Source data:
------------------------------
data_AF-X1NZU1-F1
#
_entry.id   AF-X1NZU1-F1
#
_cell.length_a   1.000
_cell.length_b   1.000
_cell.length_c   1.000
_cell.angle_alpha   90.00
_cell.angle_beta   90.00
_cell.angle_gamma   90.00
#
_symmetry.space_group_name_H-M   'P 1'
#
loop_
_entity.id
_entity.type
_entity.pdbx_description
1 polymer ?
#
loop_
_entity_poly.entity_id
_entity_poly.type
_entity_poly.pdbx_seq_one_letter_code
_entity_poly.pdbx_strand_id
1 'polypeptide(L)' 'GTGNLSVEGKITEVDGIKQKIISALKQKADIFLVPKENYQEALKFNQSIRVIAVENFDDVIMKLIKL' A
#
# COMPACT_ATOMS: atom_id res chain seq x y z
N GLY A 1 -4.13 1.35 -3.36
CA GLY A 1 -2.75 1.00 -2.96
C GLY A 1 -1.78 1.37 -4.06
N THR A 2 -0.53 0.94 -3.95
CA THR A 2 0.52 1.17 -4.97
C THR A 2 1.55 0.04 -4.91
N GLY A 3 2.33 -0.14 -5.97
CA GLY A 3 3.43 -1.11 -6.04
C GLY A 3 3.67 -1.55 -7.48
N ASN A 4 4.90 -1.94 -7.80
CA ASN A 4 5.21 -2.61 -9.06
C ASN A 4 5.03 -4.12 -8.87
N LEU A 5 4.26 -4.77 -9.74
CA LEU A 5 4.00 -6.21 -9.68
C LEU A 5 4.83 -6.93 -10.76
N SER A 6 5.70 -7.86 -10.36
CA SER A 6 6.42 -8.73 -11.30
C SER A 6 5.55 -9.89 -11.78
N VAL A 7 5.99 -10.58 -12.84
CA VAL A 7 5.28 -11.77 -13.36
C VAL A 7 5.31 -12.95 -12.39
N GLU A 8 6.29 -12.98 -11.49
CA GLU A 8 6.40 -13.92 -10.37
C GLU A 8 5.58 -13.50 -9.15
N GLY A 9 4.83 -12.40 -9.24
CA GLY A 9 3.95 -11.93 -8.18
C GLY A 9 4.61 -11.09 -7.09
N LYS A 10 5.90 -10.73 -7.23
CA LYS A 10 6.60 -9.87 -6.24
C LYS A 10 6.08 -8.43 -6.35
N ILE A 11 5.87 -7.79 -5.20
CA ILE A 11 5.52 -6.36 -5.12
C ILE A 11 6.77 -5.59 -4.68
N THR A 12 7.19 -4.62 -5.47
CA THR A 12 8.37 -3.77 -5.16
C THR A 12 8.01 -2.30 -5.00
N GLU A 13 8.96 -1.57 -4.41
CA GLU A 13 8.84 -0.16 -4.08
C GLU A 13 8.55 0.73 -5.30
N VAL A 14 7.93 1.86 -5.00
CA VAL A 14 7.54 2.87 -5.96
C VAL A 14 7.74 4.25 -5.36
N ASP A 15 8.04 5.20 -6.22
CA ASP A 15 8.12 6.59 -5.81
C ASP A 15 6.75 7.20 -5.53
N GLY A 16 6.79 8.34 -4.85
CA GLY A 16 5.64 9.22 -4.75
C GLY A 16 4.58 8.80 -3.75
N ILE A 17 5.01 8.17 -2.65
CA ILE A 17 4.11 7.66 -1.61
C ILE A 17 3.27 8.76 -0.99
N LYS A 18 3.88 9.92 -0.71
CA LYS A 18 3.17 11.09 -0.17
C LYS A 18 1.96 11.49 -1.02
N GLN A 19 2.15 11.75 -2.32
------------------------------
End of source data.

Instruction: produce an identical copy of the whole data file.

data_AF-X1NZU1-F1
#
_entry.id   AF-X1NZU1-F1
#
_cell.length_a   1.000
_cell.length_b   1.000
_cell.length_c   1.000
_cell.angle_alpha   90.00
_cell.angle_beta   90.00
_cell.angle_gamma   90.00
#
_symmetry.space_group_name_H-M   'P 1'
#
loop_
_entity.id
_entity.type
_entity.pdbx_description
1 polymer ?
#
loop_
_entity_poly.entity_id
_entity_poly.type
_entity_poly.pdbx_seq_one_letter_code
_entity_poly.pdbx_strand_id
1 'polypeptide(L)' 'GTGNLSVEGKITEVDGIKQKIISALKQKADIFLVPKENYQEALKFNQSIRVIAVENFDDVIMKLIKL' A
#
# COMPACT_ATOMS: atom_id res chain seq x y z
N GLY A 1 -4.13 1.35 -3.36
CA GLY A 1 -2.75 1.00 -2.96
C GLY A 1 -1.78 1.37 -4.06
N THR A 2 -0.53 0.94 -3.95
CA THR A 2 0.52 1.17 -4.97
C THR A 2 1.55 0.04 -4.91
N GLY A 3 2.33 -0.14 -5.97
CA GLY A 3 3.43 -1.11 -6.04
C GLY A 3 3.67 -1.55 -7.48
N ASN A 4 4.90 -1.94 -7.80
CA ASN A 4 5.21 -2.61 -9.06
C ASN A 4 5.03 -4.12 -8.87
N LEU A 5 4.26 -4.77 -9.74
CA LEU A 5 4.00 -6.21 -9.68
C LEU A 5 4.83 -6.93 -10.76
N SER A 6 5.70 -7.86 -10.36
CA SER A 6 6.42 -8.73 -11.30
C SER A 6 5.55 -9.89 -11.78
N VAL A 7 5.99 -10.58 -12.84
CA VAL A 7 5.28 -11.77 -13.36
C VAL A 7 5.31 -12.95 -12.39
N GLU A 8 6.29 -12.98 -11.49
CA GLU A 8 6.40 -13.92 -10.37
C GLU A 8 5.58 -13.50 -9.15
N GLY A 9 4.83 -12.40 -9.24
CA GLY A 9 3.95 -11.93 -8.18
C GLY A 9 4.61 -11.09 -7.09
N LYS A 10 5.90 -10.73 -7.23
CA LYS A 10 6.60 -9.87 -6.24
C LYS A 10 6.08 -8.43 -6.35
N ILE A 11 5.87 -7.79 -5.20
CA ILE A 11 5.52 -6.36 -5.12
C ILE A 11 6.77 -5.59 -4.68
N THR A 12 7.19 -4.62 -5.47
CA THR A 12 8.37 -3.77 -5.16
C THR A 12 8.01 -2.30 -5.00
N GLU A 13 8.96 -1.57 -4.41
CA GLU A 13 8.84 -0.16 -4.08
C GLU A 13 8.55 0.73 -5.30
N VAL A 14 7.93 1.86 -5.00
CA VAL A 14 7.54 2.87 -5.96
C VAL A 14 7.74 4.25 -5.36
N ASP A 15 8.04 5.20 -6.22
CA ASP A 15 8.12 6.59 -5.81
C ASP A 15 6.75 7.20 -5.53
N GLY A 16 6.79 8.34 -4.85
CA GLY A 16 5.64 9.22 -4.75
C GLY A 16 4.58 8.80 -3.75
N ILE A 17 5.01 8.17 -2.65
CA ILE A 17 4.11 7.66 -1.61
C ILE A 17 3.27 8.76 -0.99
N LYS A 18 3.88 9.92 -0.71
CA LYS A 18 3.17 11.09 -0.17
C LYS A 18 1.96 11.49 -1.02
N GLN A 19 2.15 11.75 -2.32